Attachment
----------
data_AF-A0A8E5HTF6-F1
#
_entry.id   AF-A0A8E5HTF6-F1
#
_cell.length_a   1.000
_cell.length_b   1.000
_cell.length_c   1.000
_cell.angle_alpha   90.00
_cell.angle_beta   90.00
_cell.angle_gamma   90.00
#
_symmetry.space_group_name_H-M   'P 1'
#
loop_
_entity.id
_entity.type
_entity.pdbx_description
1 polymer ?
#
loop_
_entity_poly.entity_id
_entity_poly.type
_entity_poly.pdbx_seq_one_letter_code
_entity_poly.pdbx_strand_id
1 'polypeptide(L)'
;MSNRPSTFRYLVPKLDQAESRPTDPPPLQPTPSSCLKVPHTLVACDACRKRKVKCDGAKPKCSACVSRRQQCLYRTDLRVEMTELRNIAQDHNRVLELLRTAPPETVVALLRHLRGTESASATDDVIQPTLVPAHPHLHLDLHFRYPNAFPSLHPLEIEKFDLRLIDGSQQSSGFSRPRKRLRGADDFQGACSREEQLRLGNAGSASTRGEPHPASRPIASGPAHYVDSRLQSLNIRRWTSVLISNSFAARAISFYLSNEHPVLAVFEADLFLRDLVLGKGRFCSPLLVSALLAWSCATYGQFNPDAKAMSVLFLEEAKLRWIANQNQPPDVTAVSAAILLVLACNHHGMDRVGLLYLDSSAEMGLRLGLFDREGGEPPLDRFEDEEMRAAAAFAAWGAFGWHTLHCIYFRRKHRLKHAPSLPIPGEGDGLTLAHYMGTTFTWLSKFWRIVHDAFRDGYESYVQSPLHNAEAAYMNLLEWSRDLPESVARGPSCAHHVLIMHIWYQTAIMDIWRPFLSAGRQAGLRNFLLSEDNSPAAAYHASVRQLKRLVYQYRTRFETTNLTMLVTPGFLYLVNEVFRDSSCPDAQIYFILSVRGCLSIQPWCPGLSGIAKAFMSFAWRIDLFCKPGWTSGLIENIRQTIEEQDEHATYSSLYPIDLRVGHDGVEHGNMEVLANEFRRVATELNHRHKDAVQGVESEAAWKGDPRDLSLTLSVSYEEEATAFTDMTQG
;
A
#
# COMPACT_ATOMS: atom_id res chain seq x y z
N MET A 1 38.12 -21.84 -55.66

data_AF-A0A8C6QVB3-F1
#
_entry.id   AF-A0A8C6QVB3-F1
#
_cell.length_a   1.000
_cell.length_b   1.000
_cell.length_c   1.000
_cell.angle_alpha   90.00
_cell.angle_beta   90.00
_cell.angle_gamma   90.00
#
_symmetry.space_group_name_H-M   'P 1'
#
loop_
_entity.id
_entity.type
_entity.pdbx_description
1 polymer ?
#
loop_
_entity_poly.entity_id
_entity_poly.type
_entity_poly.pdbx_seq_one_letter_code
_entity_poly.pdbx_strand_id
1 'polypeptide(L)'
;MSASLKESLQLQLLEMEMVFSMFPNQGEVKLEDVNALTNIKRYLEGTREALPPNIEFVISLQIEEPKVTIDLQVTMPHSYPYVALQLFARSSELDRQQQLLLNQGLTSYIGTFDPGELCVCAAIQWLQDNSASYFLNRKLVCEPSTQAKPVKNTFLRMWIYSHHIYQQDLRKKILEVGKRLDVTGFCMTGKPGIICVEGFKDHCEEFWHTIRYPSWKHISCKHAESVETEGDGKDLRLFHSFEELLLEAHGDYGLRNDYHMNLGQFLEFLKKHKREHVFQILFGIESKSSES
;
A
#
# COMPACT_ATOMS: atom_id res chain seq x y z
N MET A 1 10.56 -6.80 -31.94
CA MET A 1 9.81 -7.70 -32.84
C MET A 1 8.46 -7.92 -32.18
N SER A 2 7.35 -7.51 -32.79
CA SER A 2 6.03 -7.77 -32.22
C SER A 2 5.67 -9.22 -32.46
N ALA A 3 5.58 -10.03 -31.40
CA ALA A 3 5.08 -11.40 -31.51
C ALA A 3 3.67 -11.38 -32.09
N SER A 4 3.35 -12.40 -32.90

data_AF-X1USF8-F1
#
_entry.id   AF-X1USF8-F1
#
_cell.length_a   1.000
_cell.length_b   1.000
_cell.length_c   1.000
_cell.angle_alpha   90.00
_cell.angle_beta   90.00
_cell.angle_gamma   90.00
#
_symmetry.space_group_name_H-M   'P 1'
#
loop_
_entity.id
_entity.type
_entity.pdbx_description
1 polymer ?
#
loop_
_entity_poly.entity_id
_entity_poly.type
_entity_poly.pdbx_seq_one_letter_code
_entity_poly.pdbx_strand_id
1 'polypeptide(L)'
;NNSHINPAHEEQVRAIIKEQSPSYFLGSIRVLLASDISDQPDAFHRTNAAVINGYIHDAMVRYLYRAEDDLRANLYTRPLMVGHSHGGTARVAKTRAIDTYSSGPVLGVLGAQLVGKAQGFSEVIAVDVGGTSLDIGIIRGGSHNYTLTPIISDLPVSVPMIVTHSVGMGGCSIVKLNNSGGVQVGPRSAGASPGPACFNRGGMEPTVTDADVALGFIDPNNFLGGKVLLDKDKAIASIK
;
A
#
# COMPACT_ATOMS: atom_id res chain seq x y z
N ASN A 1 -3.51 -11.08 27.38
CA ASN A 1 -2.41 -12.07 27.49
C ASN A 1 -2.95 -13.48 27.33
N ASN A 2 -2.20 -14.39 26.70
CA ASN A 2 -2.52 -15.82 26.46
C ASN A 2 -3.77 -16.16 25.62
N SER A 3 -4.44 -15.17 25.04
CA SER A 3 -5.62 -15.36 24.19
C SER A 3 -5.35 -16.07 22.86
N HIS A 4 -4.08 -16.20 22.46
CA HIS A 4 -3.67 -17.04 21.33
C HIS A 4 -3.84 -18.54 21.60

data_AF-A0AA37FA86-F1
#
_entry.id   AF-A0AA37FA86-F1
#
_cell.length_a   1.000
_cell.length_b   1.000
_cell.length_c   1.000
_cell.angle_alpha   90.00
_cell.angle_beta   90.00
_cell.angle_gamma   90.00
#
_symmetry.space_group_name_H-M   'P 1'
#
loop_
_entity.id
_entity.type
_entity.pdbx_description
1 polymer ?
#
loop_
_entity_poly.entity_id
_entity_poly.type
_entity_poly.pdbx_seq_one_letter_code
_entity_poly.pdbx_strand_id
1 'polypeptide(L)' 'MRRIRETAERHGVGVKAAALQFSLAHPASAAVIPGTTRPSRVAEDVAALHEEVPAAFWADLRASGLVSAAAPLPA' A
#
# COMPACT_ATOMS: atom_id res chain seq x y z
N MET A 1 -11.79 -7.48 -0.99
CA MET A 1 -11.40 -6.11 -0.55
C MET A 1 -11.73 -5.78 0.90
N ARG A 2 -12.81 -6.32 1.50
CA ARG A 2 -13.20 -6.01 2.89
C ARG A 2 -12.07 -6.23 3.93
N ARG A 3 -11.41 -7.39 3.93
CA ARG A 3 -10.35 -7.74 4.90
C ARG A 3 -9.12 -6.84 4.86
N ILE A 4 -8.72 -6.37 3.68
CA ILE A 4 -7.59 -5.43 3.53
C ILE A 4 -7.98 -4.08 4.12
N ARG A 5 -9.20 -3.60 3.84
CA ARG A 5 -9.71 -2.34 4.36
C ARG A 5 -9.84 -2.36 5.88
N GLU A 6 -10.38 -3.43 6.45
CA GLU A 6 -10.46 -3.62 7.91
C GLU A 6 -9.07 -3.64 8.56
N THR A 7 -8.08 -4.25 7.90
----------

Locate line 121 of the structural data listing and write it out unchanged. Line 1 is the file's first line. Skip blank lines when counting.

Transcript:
_cell.angle_alpha   90.00